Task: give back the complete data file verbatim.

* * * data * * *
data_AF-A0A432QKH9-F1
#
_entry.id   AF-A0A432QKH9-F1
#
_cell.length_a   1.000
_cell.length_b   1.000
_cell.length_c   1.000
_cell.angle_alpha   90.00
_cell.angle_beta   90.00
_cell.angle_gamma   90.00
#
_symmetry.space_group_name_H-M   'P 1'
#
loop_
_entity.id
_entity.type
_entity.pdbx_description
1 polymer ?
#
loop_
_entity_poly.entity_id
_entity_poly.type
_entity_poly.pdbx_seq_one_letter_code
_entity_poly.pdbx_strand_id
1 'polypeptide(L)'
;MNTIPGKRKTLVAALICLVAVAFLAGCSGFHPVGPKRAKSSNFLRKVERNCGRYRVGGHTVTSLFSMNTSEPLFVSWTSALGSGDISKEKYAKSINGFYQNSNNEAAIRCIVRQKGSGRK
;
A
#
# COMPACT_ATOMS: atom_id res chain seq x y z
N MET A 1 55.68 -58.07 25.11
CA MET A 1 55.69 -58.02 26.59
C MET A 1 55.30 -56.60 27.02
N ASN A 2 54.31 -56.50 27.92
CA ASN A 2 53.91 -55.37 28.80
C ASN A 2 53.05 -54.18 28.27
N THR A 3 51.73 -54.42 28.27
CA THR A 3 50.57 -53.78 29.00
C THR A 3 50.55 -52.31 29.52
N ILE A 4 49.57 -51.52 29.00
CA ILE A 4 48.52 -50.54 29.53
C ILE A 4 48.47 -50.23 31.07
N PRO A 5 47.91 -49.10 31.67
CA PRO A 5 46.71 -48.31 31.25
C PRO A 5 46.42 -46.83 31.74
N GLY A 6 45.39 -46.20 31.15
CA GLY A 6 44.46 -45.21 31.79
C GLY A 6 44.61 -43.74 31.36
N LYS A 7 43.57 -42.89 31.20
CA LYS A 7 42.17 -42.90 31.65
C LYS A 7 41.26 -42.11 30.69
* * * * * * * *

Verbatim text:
data_AF-A0A432QKH9-F1
#
_entry.id   AF-A0A432QKH9-F1
#
_cell.length_a   1.000
_cell.length_b   1.000
_cell.length_c   1.000
_cell.angle_alpha   90.00
_cell.angle_beta   90.00
_cell.angle_gamma   90.00
#
_symmetry.space_group_name_H-M   'P 1'
#
loop_
_entity.id
_entity.type
_entity.pdbx_description
1 polymer ?
#
loop_
_entity_poly.entity_id
_entity_poly.type
_entity_poly.pdbx_seq_one_letter_code
_entity_poly.pdbx_strand_id
1 'polypeptide(L)'
;MNTIPGKRKTLVAALICLVAVAFLAGCSGFHPVGPKRAKSSNFLRKVERNCGRYRVGGHTVTSLFSMNTSEPLFVSWTSALGSGDISKEKYAKSINGFYQNSNNEAAIRCIVRQKGSGRK
;
A
#
# COMPACT_ATOMS: atom_id res chain seq x y z
N MET A 1 55.68 -58.07 25.11
CA MET A 1 55.69 -58.02 26.59
C MET A 1 55.30 -56.60 27.02
N ASN A 2 54.31 -56.50 27.92
CA ASN A 2 53.91 -55.37 28.80
C ASN A 2 53.05 -54.18 28.27
N THR A 3 51.73 -54.42 28.27
CA THR A 3 50.57 -53.78 29.00
C THR A 3 50.55 -52.31 29.52
N ILE A 4 49.57 -51.52 29.00
CA ILE A 4 48.52 -50.54 29.53
C ILE A 4 48.47 -50.23 31.07
N PRO A 5 47.91 -49.10 31.67
CA PRO A 5 46.71 -48.31 31.25
C PRO A 5 46.42 -46.83 31.74
N GLY A 6 45.39 -46.20 31.15
CA GLY A 6 44.46 -45.21 31.79
C GLY A 6 44.61 -43.74 31.36
N LYS A 7 43.57 -42.89 31.20
CA LYS A 7 42.17 -42.90 31.65
C LYS A 7 41.26 -42.11 30.69